Fig. 2 shows the process for calculating the risk index of the accident location and type. For the beach, the risk index is 75 and calculated from {failure (70) + vulnerability (25) – mitigation (20)}. The maximum value for the beach is 80 points based on the year 2019. For drifting, however, the risk index is 19.6 and was found with {failure (16.7) + vulnerability (2.9)}. The maximum value for drift is 36 points based on the year 2019. The total risk index value of the three accident locations is 263 points, or 90.69 if converted to 100. A single accident location can include several types of accidents. For example, both drowning and drifting can occur at the beach. The total value of the risk index of four accidents is 87.2 points, or 42.5 if converted to 100.

### 4.4 Risk rating for the Malipo location in Taean

The total risk index value for the three accident locations is 90.69. The total risk index value for four accidents is 42.5. Using the 5 × 5 matrix in Figure 1, the risk rating for the Malipo location in Taean is found to be D class.

### 4.5 Utilization of Risk rating and risk index

It was assumed that the risk ratings of the three accident locations in Malipo will change according to the ebb tide, low water, or high tide, in addition to winds and waves (Fig. 3). Although the risk ratings of A, B, and C are spread out over normal days, the risk ratings of C, D, and E will become more prominent under these conditions. During these times, the role of the KCG will shift to confirmative patrol, guidance and patrol, and emergency work, and will require increased labor. Basic patrol and simple guidance will be conducted during normal days.

## 5. Conclusion

Accidents due to coastal activities have continuously increased in recent years. Previously proposed risk indices to prevent and mitigate coastal accidents were ineffective because of the limited quantitative variables. This paper developed a risk index based on risk assessment indicators of coastal activity locations and accident types. The risk index was derived from a formula that added the consequence of failure to a vulnerability value, and then subtracted a mitigation value. The factors with each variable are involved in accident situation, environment, social and economic, and organizational and management factor. Different accident locations and types of accident select its appropriate factors. The specific risk index on coastal activity location is calculated based on these factors.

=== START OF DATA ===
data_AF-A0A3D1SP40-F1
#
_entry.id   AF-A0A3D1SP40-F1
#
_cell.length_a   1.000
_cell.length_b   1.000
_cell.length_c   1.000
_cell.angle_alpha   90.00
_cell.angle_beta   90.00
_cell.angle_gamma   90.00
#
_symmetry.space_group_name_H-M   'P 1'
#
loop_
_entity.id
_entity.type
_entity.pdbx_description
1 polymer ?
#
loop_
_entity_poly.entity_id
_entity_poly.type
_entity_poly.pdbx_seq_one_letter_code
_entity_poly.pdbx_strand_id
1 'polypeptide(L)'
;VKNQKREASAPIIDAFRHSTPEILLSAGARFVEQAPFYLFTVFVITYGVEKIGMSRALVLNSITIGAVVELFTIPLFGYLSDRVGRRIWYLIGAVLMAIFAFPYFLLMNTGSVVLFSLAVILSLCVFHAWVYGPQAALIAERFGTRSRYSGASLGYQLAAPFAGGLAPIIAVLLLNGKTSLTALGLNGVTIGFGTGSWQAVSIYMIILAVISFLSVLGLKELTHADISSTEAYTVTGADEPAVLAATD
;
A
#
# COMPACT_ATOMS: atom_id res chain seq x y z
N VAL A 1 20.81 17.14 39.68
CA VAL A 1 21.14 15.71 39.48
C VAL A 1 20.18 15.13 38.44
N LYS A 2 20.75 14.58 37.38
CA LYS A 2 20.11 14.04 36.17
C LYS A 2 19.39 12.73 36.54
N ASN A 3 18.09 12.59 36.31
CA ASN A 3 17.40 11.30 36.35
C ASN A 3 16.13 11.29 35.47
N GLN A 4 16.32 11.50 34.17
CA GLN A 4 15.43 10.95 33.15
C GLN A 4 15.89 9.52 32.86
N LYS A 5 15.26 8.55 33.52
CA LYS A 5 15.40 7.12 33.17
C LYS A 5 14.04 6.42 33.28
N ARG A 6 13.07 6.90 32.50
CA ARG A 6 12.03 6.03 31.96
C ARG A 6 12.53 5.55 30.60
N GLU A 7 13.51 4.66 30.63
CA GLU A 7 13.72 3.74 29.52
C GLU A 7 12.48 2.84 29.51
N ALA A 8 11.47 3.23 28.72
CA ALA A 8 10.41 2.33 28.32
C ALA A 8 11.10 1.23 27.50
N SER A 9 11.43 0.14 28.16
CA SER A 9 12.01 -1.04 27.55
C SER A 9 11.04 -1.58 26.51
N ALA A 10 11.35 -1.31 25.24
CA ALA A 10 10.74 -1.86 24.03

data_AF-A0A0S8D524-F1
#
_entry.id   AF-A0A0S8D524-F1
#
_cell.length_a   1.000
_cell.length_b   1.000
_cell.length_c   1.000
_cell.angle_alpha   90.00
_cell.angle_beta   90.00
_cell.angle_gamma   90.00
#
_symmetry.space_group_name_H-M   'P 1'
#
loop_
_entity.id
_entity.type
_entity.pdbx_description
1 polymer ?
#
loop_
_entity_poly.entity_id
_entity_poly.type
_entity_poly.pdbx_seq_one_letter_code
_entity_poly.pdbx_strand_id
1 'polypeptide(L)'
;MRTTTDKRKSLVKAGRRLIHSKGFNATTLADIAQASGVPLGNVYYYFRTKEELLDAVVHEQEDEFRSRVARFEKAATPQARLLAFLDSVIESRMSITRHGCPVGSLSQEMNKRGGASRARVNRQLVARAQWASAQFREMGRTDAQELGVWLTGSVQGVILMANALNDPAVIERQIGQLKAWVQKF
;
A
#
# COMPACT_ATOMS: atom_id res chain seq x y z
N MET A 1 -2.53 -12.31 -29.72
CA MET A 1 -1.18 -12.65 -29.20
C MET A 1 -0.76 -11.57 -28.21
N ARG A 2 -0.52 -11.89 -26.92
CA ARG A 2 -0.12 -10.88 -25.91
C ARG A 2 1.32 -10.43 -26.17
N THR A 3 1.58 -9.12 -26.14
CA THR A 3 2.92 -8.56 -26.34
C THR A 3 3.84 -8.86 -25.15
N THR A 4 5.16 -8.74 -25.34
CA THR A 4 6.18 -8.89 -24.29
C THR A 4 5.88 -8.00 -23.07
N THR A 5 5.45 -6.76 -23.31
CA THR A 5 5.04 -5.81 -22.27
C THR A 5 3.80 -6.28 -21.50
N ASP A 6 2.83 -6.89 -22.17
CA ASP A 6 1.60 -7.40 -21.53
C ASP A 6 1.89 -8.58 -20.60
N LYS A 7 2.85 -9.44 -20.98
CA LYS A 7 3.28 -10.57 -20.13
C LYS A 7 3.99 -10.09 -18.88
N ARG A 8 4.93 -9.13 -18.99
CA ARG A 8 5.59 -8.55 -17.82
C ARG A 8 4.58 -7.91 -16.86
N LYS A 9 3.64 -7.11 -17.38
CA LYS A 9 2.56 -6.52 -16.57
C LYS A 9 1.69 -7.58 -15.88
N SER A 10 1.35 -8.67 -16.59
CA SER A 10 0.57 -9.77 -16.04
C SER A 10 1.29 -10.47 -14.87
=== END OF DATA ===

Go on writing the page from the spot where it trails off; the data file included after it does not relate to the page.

A risk rating of coastal activity locations was obtained with a matrix consisting of accident locations and types. The matrix consists of five risk levels for accident locations and five risk levels for accident types. Finally, the specific risk rating of a coastal activity location is provided to users. With the risk rating, the KCG can efficiently manage high-risk areas. It also helps prevent coastal accidents by enabling the KCG to effectively monitor and inform visitors of risk levels.

Future research demands that the suggested risk factors, ordinal scale, and risk matrix model are maintained continuously through practical use in coastal activity locations.

## Figure

Risk ratings in a 5 × 5 matrix.

Risk index for accident location and type.

Changes in risk rating according to time and different coast guard roles.

## Table

Factors for the consequence of failure

Maritime environment and social/economic factors

Managerial and organizational factors

Allocated factors for accident location and type on TaeAn location

Weights and values for factors of accident types in Taean

## Reference

1. Chang, I. S.(2009), A Study on the Measures for Safety Management at the Coastal Sea Area in Korea, Journal of the Korean Society on Marine Environment and Safety, Vol 15, No 4. pp393-399.
2. KCG(2016), A Study to Safety Management of Efficient Coastal Area for preventing Coast Accident, Korea Coast Guard.
3. KCG(2018), Quantitative Research of Coastal Safety and Risk for Preparing and Evaluation Sheet of Coastal Risk, Korea Coast Guard.
4. KCG(2019a), Report of presenet condition for marine monitoring, Korea Coast Guard.
5. KCG(2019b), Statistic of Coastal Activity Accident 2019, Korea Coast Guard.
6. Kim, D. S.(2019a), Study on Improvement of Coastal Safety Management System to Prevent Coastal Water Accident, Journal of Korean Public Police and Security Studies, Vol. 16, No. 1, pp. 19-46.
7. Kim, E. K.(2019b), Development of Safety Index for Efficient Safety Control at Coastal Sea, Journal of Korean Maritime Police Science, Vol. 9, No. 2, pp. 313-338.
8. Lee, F.(2011), RNLI Risk Assessment Report, Lifeguards, pp. 1-72.
9. MOIS(2020), Regional Safety Index, Ministry of Interior and Safety, https://www.mois.go.kr (2020.03.20.).
10. Nam, K. W. and J. H. Oh(2012), The Characteristics of Foreign and Domestic Coastal Zone Management Indicator System, Journal of the Korea Academic-Industrial cooperation Society, Vol. 13, No. 2, pp. 885-892.
11. New South Walves Government(2016), Coastal Public Safety Risk Assessment: Lake Macquarie Local Government Area, Australian Coast Safe.
12. Peter, D.(2013), Developing a Beach Risk Assessment Model for Practical Application in the UK, Royal National Lifeboat Institution.
13. Satta, A., S. Venturini, M. Puddu, J. Firth, and A. Lafitte(2015), Application of a Multi-Scale Coastal Risk Index at Regional and Local Scale in the Mediterranean, Plan Bleu Report.